But then came the reckoning. Economies slowed and sales wobbled, while mediocre or negative contribution margins, previously ignored, ate cash like Pac-Man. GAAC-scaling had crept in – many of these companies had paid little attention to true unit economics, buying customers and revenue upfront with the expectation that the best customers would buy and finance many other goods in the future. This land grab worked for Amazon in the developed world, but in a place that lacks basic infrastructure like addresses and extensive networks of travel-ready highways, the thesis falls apart. Along with these challenges, each market is relatively small – you’d have to cobble them together to make a market that comes close to the buying power in more developed countries. Combined with the still-young middle-class, significant trade barriers, currency risk, political instability, opaque tax regimes and heavy government debt burdens in many African countries, the outlook becomes even more daunting for startups at the micro level. With these obstacles exacerbating slowing sales, businesses in the space were forced to slash costs or consolidate. Some were snapped up by strategic investors at bargain basement prices, and some failed. Lenders were left holding the bag, and equity investors, frustrated with Africa, took the next plane home. No late-stage equity materialized for these GAAC-scaled, unit-economic-deprived businesses.
How to Make it as an Investor in Africa
As negative unit economic businesses like WeWork and Uber fall out of favor in the U.S., an Acumen-backed report on exits in the PAYG energy and asset finance space, released last month, articulates why that model was never going to work in Africa. The report highlights Africa’s lack of exit paths – cash-rich strategic acquirers or IPO markets that value startups commensurate with private venture capital valuations. In PAYG solar, large utilities and traditional oil and gas players have emerged as potential exits, but they are unlikely to pay the 6x+ revenue multiples coveted by earlier investors in the sector. Secondary buyers are also few and far between. Cheap debt to scale a proven business model doesn’t exist – a particularly acute problem in PAYG businesses. The Acumen report’s key recommendation? A shift from GAAC-scaling to profitability, which is already underway with those players left standing.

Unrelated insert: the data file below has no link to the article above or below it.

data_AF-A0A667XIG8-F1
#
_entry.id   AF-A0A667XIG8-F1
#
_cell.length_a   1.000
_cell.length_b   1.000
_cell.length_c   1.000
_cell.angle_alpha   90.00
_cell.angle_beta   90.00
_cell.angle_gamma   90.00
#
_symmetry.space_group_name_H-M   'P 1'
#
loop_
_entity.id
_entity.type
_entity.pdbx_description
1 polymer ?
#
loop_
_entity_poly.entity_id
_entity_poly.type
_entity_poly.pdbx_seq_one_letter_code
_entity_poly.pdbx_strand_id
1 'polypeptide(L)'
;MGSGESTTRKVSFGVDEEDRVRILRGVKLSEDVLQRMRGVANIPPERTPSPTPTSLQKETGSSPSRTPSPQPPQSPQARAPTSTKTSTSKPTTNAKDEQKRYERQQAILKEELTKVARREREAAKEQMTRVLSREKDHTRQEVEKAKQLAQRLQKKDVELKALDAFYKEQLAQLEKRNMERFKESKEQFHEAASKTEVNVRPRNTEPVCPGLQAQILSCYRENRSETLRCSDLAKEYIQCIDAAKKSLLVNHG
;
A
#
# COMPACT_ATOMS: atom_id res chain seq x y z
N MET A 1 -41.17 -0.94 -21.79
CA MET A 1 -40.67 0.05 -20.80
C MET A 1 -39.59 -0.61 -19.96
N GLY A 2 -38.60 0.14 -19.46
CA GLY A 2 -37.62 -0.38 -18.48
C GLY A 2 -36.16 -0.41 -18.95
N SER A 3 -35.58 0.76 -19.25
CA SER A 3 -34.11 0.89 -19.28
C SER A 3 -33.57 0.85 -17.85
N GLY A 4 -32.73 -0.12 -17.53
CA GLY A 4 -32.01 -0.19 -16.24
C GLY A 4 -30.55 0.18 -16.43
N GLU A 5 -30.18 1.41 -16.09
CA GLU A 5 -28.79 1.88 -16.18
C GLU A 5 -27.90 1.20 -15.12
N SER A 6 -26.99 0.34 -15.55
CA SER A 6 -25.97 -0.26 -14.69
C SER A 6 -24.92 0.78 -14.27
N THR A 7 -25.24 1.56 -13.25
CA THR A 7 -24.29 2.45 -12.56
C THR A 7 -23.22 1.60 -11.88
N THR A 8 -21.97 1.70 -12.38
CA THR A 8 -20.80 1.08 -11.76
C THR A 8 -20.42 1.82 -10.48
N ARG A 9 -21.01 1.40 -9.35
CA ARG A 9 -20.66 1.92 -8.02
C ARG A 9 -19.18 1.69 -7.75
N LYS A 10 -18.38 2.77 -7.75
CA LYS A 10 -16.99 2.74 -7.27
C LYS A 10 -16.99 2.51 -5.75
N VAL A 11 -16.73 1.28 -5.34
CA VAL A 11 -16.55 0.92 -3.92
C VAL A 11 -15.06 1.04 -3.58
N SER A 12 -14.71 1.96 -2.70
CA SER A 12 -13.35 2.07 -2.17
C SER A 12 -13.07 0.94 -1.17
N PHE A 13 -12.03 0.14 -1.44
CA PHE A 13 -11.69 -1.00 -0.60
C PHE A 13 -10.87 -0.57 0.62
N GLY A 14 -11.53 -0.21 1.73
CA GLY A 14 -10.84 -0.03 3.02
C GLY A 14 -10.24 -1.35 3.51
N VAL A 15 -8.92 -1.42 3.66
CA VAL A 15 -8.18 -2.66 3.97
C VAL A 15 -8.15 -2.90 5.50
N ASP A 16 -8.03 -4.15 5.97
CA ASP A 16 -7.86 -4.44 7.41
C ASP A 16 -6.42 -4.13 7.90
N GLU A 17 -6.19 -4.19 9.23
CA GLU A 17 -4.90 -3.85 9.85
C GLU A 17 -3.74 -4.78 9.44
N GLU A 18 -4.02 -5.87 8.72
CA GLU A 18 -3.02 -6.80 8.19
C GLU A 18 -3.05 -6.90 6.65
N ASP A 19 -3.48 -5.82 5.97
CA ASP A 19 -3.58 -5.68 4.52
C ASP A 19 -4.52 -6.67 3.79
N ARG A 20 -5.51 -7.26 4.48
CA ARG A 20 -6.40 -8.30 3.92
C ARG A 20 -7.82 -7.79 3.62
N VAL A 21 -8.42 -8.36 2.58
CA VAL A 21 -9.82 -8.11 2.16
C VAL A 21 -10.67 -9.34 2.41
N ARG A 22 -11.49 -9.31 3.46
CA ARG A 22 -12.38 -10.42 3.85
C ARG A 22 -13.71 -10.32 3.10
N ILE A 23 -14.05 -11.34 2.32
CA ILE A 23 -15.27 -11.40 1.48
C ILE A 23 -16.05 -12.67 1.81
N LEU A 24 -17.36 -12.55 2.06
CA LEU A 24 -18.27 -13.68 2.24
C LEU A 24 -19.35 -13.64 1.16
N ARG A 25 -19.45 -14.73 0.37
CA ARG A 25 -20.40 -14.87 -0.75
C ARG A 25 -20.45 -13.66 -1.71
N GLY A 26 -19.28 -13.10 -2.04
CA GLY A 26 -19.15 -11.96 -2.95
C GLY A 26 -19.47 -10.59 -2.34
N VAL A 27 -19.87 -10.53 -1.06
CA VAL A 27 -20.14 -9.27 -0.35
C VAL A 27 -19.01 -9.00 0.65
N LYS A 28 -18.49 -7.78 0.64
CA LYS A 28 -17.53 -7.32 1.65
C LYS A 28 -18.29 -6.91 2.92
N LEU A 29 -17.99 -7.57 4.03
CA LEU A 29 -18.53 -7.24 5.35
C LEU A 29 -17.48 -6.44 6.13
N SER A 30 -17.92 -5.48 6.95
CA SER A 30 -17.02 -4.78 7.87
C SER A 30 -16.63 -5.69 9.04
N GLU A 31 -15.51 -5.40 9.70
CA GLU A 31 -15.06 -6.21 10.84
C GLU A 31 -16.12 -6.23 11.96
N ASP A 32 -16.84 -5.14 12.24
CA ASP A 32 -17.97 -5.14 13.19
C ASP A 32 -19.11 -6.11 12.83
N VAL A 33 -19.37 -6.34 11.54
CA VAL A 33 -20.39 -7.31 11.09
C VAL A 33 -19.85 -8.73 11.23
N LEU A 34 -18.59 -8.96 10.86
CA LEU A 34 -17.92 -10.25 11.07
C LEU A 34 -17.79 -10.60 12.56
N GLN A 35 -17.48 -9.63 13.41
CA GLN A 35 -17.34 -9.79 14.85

In the meantime, GAAC-focused venture investors will continue to damage more sectors if left unchecked, and there are already plenty of casualties. Andela shifted its business model in search of profitability, WeWork was run out of the IPO market and Uber’s stock is off 25% from its high (though this is not quite as much as Jumia, which now trades at a fraction of its IPO price). As earlier-stage startups in Africa pursue GAAC-scaling in a misguided belief that they are special, the risk of a depression in the nascent venture market is real. If general partners investing under these auspices don’t do well, it will sour foreign LPs on future funds – and potentially on Africa as a whole. Capital scarcity will return as the main attribute of Africa’s startup community, and entrepreneurial ecosystems will be choked off before they had time to flourish.
This doesn’t have to be the case. I wouldn’t have spent nearly a decade betting on sub-Saharan Africa if that scenario was inevitable. Regardless of the challenges of investing in the region, here’s one thing I know is true: The 54 countries in Africa represent a 1-billion-person opportunity, the majority of whom are young, tech literate and ready to work. Multinational acquirers already acknowledge this. But if startups and their investors want to join in, eager to take advantage of a macroeconomic bonanza, they must recognize the shortcomings of the GAAC-based values system. As those values prove false in Silicon Valley, the market of their creation, what alternative model should Africa and its frontier technology ventures adopt in their place? Eline Blaauboer of Africa Tech Ventures offers some thoughts here. My advice? CEOs should adopt long-term thinking and seek out investors that acknowledge and understand reality, forget the ego-boost of big rounds and press releases, and double down on building businesses that work.
Lauren Cochran is Managing Director at Blue Haven Initiative.
Photo courtesy of sharonang.